Ryan Lee was 10 before he realized his mom was a lesbian. The Toronto dancer’s parents had split five years earlier, shortly before his mother’s female “friend” moved in. But their relationship didn’t become clear until he made an off-colour joke about then-host of America’s Funniest Home Videos Bob Saget.
“I thought calling him Bob faggot would be funny,” the London, Ontario, native says. “That’s the moment she decided to come out to me. She said I couldn’t use that word and explained why. I had no idea I was gay at that point. I just had a lot of friends who were girls and I loved Jason on General Hospital.”
It took a few more years for Lee to come out, but having a gay in the family certainly aided the process. When it came to choosing a career in dance, though, his family was skeptical.
“They’ve always been supportive but worry about the financial aspects of it,” he says. “I’m always going from contract to contract, so there’s no steady paycheque. But I really believe if you find that thing that drives you, you’ll find a way to make it happen.”
Ryan Lee dances in ProArteDanza's Expire.
Since graduating from Ryerson’s dance program in 2007, Lee has racked up a steady stream of credits with Toronto companies, including The Chimera Project and Toronto Dance Theatre. This year marks his fifth season with ProArteDanza. Founded in 2004 by former National Ballet of Canada dancer and choreographer Roberto Campanella, the company melds ballet and contemporary elements to create explosive, technically complex dance works.
“I love working with them because you’re always being asked to push yourself to your physical and emotional limits,” he says. “It demands a huge amount of passion on the part of the performers. A lot of the work is based on the relationships between the dancers, so you’re communicating something with every step.”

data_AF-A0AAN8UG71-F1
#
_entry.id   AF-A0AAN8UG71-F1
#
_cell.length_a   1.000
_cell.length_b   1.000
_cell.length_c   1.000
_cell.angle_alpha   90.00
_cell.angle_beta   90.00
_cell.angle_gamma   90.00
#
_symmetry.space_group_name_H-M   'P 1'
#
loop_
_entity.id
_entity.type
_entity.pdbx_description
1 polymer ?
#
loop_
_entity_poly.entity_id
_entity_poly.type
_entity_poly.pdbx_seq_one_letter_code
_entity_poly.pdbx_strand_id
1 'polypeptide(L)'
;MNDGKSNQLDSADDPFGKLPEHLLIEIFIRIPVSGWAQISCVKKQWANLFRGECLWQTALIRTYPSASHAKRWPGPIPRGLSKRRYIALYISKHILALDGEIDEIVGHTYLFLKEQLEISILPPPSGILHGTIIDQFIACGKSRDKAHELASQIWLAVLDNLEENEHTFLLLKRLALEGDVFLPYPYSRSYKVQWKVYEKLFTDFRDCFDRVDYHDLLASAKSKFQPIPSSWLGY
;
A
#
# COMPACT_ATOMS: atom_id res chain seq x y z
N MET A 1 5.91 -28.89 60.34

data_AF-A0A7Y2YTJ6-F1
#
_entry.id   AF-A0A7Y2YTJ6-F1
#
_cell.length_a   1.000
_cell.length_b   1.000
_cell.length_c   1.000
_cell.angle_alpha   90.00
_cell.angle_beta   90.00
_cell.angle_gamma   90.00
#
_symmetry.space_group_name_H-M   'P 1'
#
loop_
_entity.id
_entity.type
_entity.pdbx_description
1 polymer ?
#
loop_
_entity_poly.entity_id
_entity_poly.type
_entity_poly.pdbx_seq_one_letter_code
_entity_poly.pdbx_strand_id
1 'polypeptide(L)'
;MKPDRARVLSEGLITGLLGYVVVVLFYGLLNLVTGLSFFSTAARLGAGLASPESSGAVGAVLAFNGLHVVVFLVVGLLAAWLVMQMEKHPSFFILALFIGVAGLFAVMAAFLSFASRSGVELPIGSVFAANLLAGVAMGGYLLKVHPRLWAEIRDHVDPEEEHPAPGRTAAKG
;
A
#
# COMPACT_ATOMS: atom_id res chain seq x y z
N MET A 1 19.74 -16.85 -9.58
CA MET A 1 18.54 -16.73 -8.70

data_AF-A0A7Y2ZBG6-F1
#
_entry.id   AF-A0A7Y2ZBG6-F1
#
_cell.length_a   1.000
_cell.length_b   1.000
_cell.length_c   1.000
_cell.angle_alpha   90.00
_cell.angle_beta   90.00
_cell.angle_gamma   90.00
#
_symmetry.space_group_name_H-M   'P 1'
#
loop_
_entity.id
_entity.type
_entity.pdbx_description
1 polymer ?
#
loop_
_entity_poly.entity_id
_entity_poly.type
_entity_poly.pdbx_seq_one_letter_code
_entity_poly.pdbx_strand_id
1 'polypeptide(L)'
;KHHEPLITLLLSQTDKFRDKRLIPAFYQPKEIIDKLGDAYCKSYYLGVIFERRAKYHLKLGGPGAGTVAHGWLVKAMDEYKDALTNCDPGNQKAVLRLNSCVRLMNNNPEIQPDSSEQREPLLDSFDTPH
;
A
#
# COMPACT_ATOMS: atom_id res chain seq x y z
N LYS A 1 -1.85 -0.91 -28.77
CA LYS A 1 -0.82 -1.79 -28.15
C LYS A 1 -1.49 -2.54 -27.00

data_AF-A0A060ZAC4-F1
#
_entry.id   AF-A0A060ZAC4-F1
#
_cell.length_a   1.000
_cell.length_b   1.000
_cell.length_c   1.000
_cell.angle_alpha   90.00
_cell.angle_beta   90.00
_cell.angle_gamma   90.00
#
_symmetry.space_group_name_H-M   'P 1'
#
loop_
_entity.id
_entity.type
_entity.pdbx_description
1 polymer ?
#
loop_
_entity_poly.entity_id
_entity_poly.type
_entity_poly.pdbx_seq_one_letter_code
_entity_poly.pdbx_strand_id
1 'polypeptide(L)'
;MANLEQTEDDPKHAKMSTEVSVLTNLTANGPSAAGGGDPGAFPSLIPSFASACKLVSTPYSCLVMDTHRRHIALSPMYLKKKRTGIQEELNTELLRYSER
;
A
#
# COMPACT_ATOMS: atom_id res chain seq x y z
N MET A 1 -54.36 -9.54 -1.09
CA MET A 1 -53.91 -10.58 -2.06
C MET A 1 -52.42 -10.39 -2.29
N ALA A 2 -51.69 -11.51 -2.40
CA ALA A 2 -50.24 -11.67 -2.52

Lee appears in two of the evening’s four pieces: a remount of 2009’s Beethoven's 9th – 1st Movement and the world premiere of Expire, choreographed by Campanella and Robert Glumbek. Based loosely on the theme of oxygen, the piece explores elements like suffocation and hyperventilation.
“It’s a group of really beautiful people sweating as much as they can,” he laughs. “There’s a lot of really intense colour in our costumes and this huge banner of material we’re working with. We’ll have to see what it looks like in the theatre under lights, but it could probably pass for a Pride float.”
For the moment, Lee and company are still in the gritty stage of rehearsal, a part of the process audiences often forget about.
“Creating work is so much less glamorous than the final product,” he says. “When you turn up on opening night, you see all these gorgeous people, made up, hair done and in these incredible costumes. Earlier that week we were all in a studio that smells like cat piss, rolling all over each other, looking like shit. Dance is an art form, but it’s also hard fucking work.”
Wed, Oct 3-Sat, Oct 6, 8pm
Thurs, Oct 4, 1pm
Fleck Dance Theatre
207 Queen's Quay W